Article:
By ZACHARY WOOLFEFEB.
Spring is said to be about renewal and the birth of fresh things, but three vocal highlights are coming from veteran performers. One, though, is still fairly new to New York: the sometime soprano, sometime mezzo-soprano Anna Caterina Antonacci.
While Ms. Antonacci, a passionate, fiercely idiosyncratic singer, has had a long and successful career in Europe, she has — shockingly — never sung in an opera in this city. Indeed, you can count her New York appearances on the fingers of one hand. But thanks to Lincoln Center and its artistic director, Jane Moss, she has begun to appear in regular concerts here over the past few years.
On March 5, she returns to Alice Tully Hall for an ambitious immersion in the French repertory, her recent passion, with the pianist Donald Sulzen, her longtime collaborator. Songs by Debussy, Duparc and Poulenc will be on offer, and very likely keen, but aficionados will be there for two things: Berlioz’s haunting “La Mort d’Ophélie” and Poulenc’s “La Voix Humaine,” a harrowing 40-minute monodrama in which the audience listens in on one side of a woman’s final telephone conversation with the lover who has abandoned her.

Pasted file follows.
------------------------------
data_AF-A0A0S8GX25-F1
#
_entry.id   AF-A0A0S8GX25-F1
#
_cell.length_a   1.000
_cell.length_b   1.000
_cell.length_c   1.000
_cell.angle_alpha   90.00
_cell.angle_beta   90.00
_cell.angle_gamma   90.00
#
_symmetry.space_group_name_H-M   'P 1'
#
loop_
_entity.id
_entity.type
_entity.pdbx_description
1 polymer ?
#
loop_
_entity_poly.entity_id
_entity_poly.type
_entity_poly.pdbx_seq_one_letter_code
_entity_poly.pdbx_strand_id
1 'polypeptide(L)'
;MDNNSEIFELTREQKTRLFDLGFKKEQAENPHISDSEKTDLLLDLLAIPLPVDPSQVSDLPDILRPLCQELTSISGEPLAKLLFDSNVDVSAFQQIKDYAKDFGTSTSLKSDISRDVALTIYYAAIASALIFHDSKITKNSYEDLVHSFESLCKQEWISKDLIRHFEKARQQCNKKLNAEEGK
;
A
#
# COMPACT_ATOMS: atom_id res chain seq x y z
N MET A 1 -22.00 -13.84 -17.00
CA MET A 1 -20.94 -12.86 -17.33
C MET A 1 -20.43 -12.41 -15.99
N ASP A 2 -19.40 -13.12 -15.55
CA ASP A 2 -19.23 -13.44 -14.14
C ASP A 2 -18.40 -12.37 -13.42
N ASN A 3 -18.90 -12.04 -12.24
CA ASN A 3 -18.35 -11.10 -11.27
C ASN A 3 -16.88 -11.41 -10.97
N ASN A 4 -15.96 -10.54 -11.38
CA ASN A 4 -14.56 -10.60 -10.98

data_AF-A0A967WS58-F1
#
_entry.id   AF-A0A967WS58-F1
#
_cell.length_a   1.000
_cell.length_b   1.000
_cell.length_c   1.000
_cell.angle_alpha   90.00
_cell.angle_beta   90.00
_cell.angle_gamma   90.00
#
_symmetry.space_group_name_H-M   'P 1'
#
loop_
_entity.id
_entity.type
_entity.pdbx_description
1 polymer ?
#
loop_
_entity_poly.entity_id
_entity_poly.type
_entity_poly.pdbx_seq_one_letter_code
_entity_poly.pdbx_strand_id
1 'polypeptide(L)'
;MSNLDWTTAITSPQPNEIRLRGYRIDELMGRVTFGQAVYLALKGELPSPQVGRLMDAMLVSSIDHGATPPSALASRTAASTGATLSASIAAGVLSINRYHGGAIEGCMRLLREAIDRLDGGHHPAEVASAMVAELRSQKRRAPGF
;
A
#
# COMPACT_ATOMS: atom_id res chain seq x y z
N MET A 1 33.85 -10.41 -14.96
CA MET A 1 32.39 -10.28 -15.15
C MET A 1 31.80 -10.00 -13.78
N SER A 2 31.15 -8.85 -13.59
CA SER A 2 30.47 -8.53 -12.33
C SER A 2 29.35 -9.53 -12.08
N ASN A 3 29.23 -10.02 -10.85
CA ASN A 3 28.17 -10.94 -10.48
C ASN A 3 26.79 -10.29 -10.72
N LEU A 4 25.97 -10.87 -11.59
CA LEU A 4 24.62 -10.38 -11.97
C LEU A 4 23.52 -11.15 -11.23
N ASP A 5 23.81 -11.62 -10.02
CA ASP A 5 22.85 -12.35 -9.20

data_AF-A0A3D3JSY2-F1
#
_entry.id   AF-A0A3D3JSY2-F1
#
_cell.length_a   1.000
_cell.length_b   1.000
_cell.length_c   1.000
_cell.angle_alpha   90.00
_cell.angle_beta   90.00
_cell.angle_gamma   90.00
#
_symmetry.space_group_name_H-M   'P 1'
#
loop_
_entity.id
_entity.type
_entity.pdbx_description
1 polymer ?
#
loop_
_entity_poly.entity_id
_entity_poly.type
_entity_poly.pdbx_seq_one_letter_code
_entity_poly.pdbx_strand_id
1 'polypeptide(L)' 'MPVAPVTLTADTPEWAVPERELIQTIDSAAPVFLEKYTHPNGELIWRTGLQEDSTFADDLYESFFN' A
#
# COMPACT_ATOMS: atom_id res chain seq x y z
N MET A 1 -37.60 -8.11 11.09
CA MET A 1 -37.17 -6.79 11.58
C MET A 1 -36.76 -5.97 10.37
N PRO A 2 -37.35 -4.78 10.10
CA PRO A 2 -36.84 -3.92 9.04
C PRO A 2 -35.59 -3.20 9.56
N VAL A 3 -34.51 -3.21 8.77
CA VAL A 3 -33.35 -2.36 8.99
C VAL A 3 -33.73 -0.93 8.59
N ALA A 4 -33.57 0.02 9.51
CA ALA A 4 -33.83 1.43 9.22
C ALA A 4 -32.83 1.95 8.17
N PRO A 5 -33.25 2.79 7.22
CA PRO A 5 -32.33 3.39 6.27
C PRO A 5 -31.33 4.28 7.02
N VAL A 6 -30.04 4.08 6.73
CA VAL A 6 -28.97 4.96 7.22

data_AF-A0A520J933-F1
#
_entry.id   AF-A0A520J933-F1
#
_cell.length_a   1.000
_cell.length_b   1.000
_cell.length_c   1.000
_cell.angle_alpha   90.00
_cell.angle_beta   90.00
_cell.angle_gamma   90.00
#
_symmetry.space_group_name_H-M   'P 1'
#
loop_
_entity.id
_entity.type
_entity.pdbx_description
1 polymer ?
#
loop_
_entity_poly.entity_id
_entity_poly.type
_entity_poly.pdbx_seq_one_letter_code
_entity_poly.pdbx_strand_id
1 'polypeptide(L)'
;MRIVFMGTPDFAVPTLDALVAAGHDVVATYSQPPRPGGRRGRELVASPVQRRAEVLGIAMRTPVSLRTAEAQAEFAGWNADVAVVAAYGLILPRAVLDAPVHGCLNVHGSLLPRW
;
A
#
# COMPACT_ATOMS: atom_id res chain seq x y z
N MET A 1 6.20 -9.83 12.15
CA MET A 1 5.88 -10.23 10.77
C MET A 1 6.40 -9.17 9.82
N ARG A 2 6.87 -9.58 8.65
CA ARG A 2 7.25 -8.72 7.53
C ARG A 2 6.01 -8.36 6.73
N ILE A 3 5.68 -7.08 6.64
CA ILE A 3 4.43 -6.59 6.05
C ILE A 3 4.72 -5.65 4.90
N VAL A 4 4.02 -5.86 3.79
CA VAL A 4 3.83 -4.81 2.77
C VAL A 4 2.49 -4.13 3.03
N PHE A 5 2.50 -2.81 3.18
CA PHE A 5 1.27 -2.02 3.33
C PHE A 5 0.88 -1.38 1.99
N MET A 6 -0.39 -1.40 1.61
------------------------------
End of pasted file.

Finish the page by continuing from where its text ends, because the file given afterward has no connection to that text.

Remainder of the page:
Credit Karsten Moran for The New York Times
The soprano Dorothea Röschmann, best known to Metropolitan Opera audiences as a Mozartean, is particularly sensitive in the song repertory. She’ll be joined in recital at Carnegie Hall on April 22 by Mitsuko Uchida, that rare pianist who is even more eminent than the singer she’s accompanying. If each of these artists is special, then together they’re a must-hear. Ms. Uchida’s recent Schumann disc was spectacularly subtle, and she will join Ms. Röschmann in the composer’s Opus 39 “Liederkreis,” with its evocative piano writing, and “Frauenliebe und -leben.” Rounding out the program are Berg’s “Seven Early Songs.”
The following evening comes the radiant vocal quartet Anonymous 4, specialists in early music and much else. The group has announced that it plans to disband after next season but not before releasing its final album, “1865: Songs of Hope and Home From the American Civil War,” this spring, with songs from the time of that conflict, which ended 150 years ago.
Joined by Bruce Molsky on fiddle, banjo and guitar and appearing under the auspices of the invaluable series Music Before 1800 (which is celebrating its 40th season), Anonymous 4 performs the program at the Great Hall at Cooper Union, where Lincoln delivered a crucial antislavery speech in 1860.
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